Read up on the process of valuating your dental practice in our e-book “Strategies for Transition,” then begin calculating how much your practice is worth on the PTS homepage.

How to Assemble Your Team of Advisors

Whether you’re looking to purchase an existing dental practice or start your own, assembling a team of advisors to help guide you through every step of the process will ensure the success of your business is established from the beginning. As with any team, you’re only as strong as your weakest link, so it’s important to choose advisors who have experience in the dental industry. Here, we break down your options.

Banks

Choosing whether to work with a local, regional/national, or dental-specific bank or the Small Business Administration, even if just applying for an equipment loan, is arguably the biggest decision when financing a dental practice, whether to acquire or grow a business, so take care in choosing the best fit for your needs.

CPA, CFA, attorney, and insurance agent

To raise your rate of success, choose individuals who specialize in working with dentists, in addition to specialists from different firms within the industry as opposed to a one-stop shop. You’ll want someone who can write and review contracts, as well as someone who can run the numbers, not one firm that does both.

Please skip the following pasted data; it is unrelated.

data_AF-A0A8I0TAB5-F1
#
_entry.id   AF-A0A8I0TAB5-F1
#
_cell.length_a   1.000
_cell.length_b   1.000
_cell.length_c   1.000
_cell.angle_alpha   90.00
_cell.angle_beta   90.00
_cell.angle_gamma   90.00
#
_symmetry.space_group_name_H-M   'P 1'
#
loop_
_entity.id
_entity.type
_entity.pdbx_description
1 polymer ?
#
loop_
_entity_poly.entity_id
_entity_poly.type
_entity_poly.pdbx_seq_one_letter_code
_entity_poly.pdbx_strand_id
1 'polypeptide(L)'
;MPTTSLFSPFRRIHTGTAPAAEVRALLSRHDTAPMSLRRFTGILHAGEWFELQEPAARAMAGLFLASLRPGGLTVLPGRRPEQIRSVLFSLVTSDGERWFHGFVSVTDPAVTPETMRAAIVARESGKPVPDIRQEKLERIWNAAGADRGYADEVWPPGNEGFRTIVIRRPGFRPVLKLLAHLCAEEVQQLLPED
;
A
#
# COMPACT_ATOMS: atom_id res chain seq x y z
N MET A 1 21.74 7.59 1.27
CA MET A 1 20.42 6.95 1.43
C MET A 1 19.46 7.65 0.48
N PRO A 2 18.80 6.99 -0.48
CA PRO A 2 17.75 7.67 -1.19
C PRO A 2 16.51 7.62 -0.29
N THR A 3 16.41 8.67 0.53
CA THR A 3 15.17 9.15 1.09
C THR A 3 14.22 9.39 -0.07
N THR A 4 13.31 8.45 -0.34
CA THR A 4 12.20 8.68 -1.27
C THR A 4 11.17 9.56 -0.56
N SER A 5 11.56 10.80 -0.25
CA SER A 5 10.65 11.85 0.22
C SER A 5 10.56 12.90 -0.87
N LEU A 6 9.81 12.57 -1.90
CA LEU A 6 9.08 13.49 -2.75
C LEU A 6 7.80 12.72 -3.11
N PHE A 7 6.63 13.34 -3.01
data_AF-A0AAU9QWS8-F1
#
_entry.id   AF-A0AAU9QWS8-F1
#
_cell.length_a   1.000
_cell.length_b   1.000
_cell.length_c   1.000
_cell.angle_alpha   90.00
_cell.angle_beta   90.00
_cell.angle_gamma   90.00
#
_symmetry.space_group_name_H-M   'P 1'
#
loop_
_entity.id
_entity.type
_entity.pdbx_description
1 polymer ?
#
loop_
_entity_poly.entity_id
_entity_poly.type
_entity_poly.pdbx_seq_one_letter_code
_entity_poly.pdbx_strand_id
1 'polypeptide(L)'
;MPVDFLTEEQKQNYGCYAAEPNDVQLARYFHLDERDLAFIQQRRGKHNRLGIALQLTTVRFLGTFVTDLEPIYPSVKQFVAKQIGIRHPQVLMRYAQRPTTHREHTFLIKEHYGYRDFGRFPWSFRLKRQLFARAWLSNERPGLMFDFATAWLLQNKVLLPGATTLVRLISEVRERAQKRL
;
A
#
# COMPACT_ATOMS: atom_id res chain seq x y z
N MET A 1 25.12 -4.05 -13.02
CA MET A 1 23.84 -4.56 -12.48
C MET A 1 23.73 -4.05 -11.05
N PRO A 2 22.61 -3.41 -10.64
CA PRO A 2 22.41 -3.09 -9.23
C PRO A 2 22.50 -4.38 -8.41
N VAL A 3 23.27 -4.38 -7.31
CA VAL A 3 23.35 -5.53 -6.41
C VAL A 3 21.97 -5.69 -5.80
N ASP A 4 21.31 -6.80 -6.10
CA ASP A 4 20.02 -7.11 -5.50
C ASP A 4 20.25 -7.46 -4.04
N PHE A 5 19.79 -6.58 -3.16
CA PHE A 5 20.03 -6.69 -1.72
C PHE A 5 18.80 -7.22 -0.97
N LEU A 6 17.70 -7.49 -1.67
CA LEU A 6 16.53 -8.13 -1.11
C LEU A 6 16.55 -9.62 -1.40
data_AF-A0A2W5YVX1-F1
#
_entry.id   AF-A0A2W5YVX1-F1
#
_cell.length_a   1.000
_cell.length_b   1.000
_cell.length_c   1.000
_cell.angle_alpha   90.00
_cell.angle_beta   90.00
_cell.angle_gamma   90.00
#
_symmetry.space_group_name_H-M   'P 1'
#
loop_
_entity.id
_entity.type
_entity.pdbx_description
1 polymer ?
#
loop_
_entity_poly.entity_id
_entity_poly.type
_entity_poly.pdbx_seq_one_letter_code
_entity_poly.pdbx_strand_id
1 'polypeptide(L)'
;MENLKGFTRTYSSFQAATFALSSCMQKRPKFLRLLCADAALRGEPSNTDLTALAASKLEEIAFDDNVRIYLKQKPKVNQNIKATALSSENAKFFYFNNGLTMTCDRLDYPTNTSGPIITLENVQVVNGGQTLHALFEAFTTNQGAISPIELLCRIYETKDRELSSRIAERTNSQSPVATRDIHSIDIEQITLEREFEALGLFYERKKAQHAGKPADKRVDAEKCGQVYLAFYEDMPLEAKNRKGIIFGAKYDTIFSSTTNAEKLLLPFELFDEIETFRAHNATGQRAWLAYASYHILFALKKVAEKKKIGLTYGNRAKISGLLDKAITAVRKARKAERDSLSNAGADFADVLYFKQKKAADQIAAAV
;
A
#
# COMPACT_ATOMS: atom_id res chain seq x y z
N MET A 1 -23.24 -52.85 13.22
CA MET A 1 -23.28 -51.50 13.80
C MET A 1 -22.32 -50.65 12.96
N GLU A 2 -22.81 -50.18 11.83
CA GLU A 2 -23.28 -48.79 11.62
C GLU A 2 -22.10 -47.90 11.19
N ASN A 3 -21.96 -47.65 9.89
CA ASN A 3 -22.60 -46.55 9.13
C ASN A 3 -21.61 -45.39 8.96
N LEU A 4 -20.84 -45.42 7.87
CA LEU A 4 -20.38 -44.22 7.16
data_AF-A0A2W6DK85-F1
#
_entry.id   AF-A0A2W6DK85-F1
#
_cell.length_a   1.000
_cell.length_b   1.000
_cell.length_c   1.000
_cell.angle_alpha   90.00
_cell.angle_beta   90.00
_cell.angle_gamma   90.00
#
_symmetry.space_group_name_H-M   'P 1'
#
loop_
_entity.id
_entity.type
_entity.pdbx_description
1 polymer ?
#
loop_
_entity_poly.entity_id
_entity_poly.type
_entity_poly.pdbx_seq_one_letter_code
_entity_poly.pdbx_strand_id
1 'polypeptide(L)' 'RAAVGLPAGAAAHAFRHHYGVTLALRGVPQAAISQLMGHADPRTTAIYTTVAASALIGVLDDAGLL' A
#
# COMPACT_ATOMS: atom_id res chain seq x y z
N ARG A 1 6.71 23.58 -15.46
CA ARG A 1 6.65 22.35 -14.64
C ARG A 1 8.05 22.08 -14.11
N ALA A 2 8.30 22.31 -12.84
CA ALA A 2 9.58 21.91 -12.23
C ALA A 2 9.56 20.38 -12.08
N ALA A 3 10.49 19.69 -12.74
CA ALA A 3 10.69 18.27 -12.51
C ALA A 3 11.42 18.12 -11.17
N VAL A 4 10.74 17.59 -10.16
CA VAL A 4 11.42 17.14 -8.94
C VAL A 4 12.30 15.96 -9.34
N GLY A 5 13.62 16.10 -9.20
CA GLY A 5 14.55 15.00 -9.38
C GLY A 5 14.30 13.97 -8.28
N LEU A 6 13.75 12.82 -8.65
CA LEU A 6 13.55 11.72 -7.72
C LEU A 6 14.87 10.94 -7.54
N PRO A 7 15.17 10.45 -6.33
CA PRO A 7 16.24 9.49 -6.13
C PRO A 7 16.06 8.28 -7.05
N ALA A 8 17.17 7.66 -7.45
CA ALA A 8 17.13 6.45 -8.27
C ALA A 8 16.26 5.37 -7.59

Headhunter

When looking for an associateship, a good headhunter—especially one who specializes in the dental industry—will present you with a variety of opportunities, including ones not yet on the open market, similar to working with a real estate agent.

Marketing agency

For your convenience, a full-service marketing agency will help you establish your practice once the sale has been made, from website development and social media management to advertising and brand development.

Equipment representative and supply company

This long-term relationship should start with interviews of potential companies and testimonials from current customers to hear about different product offerings.

Commercial real estate broker

When it comes to securing a location for a new or existing practice, PTS has a pulse on the country that puts your best interest at heart, including competitor locations and cultural or religious reasons that would affect the success of your business.

Contractor and architect